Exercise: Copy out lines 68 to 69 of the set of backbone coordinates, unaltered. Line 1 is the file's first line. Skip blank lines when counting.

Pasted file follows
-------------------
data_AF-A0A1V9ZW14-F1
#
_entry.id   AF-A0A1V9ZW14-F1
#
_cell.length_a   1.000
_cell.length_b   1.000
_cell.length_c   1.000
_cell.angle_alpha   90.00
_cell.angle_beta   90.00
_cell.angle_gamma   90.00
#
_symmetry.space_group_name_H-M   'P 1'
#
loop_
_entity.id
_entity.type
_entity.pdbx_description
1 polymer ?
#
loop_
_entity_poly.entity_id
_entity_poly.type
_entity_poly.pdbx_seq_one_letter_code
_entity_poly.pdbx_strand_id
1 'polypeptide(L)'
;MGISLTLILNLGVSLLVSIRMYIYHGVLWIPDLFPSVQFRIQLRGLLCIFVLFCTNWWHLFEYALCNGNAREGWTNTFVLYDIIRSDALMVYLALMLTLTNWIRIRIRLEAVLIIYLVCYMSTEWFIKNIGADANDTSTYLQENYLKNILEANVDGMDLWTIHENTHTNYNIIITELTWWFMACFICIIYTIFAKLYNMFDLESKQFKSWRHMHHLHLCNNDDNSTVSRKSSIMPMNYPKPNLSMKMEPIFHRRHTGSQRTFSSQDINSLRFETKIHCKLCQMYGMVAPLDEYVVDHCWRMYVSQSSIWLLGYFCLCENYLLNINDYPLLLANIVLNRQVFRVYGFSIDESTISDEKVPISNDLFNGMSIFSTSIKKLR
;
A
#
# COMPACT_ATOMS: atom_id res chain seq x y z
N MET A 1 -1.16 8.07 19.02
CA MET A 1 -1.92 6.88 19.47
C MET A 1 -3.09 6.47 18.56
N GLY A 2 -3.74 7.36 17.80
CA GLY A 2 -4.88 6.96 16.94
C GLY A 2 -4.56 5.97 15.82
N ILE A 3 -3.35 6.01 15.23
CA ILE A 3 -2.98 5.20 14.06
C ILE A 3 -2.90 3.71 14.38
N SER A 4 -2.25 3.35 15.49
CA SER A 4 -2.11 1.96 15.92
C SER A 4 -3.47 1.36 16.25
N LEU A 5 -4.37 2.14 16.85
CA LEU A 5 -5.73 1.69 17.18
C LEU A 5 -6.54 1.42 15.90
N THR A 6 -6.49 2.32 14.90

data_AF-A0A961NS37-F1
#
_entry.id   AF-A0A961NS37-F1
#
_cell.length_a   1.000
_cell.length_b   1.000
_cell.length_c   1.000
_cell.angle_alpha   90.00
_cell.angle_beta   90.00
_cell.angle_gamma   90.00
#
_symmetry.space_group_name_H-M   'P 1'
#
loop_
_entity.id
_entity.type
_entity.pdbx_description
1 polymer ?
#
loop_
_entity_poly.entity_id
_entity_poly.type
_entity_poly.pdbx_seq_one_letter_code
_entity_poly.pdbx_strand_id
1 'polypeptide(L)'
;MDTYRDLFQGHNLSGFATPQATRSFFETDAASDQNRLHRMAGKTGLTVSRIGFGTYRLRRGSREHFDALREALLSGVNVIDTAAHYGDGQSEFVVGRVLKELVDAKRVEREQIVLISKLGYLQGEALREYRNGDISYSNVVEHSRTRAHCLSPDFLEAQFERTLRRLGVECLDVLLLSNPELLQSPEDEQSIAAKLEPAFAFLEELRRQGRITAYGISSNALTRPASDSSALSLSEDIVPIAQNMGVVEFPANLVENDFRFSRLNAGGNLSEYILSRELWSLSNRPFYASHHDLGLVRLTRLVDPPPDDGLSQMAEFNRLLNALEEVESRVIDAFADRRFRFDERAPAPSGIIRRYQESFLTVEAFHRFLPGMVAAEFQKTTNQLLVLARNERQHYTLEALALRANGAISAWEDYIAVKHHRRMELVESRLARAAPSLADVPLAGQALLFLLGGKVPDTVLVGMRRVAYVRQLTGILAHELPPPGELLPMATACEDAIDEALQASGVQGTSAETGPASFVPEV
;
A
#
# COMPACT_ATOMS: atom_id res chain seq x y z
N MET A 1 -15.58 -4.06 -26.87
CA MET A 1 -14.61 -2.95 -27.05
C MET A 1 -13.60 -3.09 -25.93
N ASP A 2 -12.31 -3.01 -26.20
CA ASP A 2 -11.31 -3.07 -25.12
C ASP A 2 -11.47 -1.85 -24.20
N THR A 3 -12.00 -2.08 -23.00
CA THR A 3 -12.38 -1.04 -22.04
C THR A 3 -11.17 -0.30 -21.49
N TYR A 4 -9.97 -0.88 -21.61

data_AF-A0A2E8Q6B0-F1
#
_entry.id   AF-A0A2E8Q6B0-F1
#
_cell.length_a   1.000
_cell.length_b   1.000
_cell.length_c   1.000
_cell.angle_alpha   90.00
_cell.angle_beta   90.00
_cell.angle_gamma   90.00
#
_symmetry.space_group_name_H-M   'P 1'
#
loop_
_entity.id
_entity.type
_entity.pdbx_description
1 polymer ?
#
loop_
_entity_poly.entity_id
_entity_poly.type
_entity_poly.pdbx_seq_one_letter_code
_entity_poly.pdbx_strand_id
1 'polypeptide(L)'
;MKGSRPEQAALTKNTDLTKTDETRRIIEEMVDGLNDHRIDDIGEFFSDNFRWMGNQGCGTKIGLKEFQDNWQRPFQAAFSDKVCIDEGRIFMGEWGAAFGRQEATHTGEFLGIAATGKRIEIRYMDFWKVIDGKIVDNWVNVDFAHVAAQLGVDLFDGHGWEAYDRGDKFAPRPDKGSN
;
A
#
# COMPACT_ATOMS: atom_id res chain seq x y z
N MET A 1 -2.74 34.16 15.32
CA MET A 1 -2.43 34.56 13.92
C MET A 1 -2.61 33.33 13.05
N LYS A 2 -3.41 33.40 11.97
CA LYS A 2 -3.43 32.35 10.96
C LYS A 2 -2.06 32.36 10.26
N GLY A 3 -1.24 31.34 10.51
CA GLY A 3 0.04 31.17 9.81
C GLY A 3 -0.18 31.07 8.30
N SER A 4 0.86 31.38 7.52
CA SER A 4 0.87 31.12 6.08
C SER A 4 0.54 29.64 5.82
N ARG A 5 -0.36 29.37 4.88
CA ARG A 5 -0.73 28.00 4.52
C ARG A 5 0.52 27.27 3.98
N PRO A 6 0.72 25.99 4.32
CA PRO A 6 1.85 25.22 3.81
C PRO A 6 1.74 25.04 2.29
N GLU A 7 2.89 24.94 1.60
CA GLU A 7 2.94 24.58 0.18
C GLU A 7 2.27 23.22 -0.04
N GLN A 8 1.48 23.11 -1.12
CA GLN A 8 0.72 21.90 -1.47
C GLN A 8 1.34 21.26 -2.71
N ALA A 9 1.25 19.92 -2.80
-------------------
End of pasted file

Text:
_entity_poly.type
_entity_poly.pdbx_seq_one_letter_code